Works in Progress:
"Indiscriminate Social Learning among Physicians Providing HIV Treatment"
Social learning has been identified as an important mechanism for information transfer in the workplace; however, extant research on social learning has focused primarily on the beneficial effects of such "knowledge spillovers"' on workers' performance. The current paper contributes to this growing literature on social learning by identifying the detrimental as well as beneficial effects of social learning on performance in a high-stakes medical context: physicians' HIV treatment practices. The findings reveal that inexperienced physicians indiscriminately learn proper and improper HIV treatment practices from their more-experienced peers, resulting in differential patient health outcomes depending on experienced peers' task performance. The paper then uses network-structure analysis to identify organizational policies that leverage beneficial social learning effects to help reduce the transmission of improper treatment practices, thereby improving overall treatment performance and subsequent medical outcomes for HIV-infected patients.
"Can Behavioral Economic Incentives Promoting Medication Adherence Improve Other Intertemporal Choices?"
(with Sebastian Linnemayr)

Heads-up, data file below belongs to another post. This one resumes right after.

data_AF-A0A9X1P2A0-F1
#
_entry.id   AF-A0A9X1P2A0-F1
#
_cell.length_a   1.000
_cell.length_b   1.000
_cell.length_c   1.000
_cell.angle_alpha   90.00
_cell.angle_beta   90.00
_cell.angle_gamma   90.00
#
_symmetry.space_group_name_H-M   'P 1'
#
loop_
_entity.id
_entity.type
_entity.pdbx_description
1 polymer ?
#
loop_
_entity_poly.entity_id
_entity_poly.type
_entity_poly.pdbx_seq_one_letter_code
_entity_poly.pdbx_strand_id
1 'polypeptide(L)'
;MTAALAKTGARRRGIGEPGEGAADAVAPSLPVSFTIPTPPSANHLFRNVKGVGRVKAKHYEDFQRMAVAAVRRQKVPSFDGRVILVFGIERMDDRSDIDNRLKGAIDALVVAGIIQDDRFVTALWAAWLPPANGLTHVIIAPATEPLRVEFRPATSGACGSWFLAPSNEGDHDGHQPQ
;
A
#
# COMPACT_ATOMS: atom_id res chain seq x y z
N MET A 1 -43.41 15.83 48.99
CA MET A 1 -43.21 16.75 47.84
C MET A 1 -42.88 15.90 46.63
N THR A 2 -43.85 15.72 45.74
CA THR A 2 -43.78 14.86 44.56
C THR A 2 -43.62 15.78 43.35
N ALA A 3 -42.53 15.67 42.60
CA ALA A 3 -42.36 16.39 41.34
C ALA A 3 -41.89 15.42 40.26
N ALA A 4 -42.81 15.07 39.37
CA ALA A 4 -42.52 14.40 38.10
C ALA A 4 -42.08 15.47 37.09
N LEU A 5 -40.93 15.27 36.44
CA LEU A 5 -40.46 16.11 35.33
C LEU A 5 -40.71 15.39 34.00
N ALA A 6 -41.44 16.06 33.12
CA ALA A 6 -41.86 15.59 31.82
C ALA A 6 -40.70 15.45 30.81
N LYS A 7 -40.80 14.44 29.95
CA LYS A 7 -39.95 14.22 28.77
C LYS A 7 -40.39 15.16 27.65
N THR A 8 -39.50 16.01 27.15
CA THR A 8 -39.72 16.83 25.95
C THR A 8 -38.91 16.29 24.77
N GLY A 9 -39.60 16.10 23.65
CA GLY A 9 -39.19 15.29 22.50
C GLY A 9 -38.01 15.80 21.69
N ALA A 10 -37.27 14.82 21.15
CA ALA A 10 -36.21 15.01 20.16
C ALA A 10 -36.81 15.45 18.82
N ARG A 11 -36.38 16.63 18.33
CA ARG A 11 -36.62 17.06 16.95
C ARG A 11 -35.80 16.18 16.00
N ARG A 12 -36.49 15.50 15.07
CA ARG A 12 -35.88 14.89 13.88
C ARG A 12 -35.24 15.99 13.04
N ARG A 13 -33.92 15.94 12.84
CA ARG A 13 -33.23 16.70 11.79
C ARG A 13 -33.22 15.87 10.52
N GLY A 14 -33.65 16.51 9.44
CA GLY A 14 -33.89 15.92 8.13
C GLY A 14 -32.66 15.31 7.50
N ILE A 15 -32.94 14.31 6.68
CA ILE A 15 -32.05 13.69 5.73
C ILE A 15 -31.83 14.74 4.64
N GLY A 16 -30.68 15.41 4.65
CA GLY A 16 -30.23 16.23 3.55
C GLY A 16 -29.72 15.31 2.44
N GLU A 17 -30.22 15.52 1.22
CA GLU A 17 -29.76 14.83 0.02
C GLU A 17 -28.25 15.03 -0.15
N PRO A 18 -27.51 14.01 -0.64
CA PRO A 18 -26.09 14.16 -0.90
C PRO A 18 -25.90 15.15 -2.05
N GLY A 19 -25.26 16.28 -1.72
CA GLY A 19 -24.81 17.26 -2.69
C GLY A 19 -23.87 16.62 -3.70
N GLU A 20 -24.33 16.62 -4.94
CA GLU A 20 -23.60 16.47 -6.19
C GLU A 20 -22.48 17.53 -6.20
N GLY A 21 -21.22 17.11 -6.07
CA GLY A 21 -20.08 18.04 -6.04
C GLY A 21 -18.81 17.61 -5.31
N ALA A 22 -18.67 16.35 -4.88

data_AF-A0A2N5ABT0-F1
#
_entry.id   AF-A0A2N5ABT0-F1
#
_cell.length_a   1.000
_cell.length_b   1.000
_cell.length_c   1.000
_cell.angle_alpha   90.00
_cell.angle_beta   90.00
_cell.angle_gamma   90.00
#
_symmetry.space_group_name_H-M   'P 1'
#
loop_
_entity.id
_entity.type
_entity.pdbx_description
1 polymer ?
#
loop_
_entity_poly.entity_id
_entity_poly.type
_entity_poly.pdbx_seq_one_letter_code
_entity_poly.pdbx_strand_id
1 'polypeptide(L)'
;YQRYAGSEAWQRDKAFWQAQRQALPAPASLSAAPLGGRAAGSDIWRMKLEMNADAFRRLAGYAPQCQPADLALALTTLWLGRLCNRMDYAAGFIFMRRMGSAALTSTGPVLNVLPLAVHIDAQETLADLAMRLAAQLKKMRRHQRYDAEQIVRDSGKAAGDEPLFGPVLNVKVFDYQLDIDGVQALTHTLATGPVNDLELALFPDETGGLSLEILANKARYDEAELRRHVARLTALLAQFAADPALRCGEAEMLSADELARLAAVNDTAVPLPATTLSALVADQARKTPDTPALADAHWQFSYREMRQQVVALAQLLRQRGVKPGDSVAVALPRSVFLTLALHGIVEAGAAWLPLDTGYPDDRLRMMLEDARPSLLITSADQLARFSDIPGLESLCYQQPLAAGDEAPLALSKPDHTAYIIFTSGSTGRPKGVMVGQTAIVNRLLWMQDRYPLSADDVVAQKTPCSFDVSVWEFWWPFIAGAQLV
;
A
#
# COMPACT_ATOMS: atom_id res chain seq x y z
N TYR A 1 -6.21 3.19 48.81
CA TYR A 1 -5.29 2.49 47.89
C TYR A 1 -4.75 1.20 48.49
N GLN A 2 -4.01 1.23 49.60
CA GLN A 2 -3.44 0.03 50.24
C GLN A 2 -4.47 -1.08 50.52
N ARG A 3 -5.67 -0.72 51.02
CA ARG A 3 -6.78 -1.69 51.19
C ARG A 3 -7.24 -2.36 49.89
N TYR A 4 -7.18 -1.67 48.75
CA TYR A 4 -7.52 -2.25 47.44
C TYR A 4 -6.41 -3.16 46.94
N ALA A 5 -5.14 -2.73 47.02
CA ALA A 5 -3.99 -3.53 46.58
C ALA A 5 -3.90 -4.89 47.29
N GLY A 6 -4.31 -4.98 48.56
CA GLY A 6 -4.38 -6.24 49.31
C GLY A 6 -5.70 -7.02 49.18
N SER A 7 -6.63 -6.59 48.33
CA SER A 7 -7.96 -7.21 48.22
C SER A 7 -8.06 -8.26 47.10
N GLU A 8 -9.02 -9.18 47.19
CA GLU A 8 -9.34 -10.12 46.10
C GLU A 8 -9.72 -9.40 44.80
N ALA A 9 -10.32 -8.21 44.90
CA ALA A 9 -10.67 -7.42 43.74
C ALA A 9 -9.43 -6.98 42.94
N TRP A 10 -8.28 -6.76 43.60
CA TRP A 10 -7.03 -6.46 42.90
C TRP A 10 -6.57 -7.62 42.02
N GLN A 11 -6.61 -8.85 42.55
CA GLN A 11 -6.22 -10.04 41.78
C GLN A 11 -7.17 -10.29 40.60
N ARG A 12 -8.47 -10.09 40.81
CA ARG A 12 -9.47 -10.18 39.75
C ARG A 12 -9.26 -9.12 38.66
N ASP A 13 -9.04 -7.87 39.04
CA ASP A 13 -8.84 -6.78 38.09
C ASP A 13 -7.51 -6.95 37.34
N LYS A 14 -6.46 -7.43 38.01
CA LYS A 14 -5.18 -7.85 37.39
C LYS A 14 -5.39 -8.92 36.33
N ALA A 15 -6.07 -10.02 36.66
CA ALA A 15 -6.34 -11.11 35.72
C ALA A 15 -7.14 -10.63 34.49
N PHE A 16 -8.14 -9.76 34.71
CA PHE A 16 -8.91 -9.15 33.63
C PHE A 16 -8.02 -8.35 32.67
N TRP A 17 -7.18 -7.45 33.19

This paper evaluates the impact of behavioral economic incentives that target antiretroviral medication adherence on patients' intertemporal decision-making in other settings. A variable-rewards incentive mechanism was implemented among a sample of HIV-infected adults through a randomized controlled trial in Kampala, Uganda between 2012 and 2015. As behavioral economic theory would suggest, larger intervention effects are observed among participants who display behavioral biases identified in the baseline survey. Survey measurements additionally quantify intervention effects on other behaviors, where preliminary results find that participants in the intervention group have increased savings and lower rates of drinking and smoking. These findings suggest that behavioral economic interventions can induce positive spillover effects on intertemporal decision-making in other contexts.
"The Impact of Recession on Health Behavior"